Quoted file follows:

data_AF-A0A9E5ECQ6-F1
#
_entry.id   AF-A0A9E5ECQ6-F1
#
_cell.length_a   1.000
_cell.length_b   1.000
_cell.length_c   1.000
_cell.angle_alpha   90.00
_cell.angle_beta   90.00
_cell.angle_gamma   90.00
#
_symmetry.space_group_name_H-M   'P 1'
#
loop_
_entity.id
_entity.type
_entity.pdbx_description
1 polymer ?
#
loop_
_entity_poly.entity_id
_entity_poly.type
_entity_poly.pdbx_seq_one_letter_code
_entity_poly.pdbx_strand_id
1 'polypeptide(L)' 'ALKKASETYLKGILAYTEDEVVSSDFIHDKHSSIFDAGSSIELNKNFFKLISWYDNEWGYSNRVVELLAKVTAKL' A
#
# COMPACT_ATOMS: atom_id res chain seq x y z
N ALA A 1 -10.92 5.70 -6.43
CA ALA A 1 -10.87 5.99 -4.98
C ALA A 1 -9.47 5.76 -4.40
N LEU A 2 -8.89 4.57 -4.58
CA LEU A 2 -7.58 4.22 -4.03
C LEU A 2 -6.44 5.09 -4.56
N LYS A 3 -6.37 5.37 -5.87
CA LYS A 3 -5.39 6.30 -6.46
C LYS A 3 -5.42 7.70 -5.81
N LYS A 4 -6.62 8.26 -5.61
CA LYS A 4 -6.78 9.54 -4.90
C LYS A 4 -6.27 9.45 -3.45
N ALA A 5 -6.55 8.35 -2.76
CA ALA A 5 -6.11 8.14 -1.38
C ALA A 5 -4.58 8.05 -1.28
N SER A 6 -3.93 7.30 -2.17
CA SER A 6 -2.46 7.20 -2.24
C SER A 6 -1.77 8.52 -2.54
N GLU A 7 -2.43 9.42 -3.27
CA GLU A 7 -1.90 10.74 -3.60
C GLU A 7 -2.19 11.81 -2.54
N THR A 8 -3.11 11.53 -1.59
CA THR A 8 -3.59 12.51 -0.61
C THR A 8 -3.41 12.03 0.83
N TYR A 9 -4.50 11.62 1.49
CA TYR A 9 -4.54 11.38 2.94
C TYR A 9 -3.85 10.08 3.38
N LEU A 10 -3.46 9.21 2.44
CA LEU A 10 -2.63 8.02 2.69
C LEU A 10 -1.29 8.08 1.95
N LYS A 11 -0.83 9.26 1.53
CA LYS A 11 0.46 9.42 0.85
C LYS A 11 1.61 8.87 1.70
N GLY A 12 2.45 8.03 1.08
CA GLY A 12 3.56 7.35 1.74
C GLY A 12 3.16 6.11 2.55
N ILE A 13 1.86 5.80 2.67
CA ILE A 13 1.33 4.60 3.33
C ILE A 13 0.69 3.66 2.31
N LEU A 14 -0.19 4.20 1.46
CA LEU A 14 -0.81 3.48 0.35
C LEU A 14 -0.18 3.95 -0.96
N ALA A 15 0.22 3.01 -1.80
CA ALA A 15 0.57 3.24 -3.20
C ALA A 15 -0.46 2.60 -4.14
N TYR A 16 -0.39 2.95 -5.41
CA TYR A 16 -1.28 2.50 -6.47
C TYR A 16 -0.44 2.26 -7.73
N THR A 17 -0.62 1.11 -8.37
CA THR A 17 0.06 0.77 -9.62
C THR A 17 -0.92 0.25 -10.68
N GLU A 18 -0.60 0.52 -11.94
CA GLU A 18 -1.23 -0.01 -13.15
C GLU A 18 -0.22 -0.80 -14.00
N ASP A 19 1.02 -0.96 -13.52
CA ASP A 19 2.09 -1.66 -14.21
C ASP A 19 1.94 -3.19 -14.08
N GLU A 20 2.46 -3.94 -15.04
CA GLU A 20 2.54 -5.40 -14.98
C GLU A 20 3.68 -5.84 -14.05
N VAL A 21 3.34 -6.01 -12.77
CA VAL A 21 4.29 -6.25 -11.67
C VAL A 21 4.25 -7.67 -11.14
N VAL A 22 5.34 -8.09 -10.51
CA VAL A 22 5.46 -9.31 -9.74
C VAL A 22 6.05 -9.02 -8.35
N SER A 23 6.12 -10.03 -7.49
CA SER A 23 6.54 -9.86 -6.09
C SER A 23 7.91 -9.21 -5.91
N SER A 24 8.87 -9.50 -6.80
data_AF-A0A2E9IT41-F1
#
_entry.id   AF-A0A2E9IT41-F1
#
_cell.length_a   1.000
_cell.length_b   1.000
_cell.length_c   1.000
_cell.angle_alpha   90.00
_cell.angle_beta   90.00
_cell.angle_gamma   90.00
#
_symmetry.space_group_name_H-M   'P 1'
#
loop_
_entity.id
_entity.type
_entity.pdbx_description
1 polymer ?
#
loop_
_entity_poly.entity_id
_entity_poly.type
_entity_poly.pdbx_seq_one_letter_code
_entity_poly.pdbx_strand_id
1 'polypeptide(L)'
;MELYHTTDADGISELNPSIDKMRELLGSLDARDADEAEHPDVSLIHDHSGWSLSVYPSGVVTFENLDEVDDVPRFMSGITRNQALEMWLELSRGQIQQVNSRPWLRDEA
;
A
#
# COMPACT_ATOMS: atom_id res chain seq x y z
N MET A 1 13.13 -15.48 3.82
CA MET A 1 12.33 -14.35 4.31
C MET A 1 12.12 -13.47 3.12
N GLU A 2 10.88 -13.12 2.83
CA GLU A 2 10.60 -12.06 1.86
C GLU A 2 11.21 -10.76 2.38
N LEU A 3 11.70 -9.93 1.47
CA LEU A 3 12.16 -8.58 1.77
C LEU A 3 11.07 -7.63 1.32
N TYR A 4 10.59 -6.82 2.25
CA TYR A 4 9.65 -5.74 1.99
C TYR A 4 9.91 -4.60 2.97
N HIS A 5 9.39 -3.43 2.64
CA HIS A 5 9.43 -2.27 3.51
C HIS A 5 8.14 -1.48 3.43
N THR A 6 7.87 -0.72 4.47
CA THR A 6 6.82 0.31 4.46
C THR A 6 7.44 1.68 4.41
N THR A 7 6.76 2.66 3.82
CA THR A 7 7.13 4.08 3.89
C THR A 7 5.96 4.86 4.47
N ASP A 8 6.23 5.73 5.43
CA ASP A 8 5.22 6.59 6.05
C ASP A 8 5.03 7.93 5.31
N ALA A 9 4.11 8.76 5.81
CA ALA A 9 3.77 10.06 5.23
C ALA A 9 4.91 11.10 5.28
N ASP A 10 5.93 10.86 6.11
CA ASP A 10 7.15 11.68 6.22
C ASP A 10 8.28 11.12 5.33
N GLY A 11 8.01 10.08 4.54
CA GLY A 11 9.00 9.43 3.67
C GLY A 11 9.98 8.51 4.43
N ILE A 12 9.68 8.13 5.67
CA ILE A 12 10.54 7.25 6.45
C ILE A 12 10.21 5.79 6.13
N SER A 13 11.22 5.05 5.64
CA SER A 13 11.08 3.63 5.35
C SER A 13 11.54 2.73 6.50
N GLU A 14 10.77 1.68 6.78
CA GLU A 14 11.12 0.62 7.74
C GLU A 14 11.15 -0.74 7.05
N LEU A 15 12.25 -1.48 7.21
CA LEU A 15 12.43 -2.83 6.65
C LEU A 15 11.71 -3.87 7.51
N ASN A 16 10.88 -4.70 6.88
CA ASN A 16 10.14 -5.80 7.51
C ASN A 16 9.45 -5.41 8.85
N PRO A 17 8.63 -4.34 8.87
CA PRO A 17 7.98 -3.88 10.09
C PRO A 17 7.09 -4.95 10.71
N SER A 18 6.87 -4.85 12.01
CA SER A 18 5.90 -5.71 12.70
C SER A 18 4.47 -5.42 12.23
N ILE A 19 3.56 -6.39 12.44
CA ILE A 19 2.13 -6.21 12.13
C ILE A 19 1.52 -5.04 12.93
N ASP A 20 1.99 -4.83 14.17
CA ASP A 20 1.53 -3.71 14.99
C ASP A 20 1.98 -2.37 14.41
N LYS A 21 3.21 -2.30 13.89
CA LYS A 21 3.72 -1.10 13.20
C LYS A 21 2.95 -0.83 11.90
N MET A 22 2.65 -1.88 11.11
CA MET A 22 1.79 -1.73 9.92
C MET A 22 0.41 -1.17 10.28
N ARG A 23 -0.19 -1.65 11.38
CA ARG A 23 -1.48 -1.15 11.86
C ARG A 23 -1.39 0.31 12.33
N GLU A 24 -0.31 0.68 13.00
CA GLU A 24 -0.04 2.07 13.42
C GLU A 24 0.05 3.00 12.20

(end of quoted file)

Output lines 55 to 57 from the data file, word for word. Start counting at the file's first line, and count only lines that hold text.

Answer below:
N LEU A 10 -3.46 9.21 2.44
CA LEU A 10 -2.63 8.02 2.69
C LEU A 10 -1.29 8.08 1.95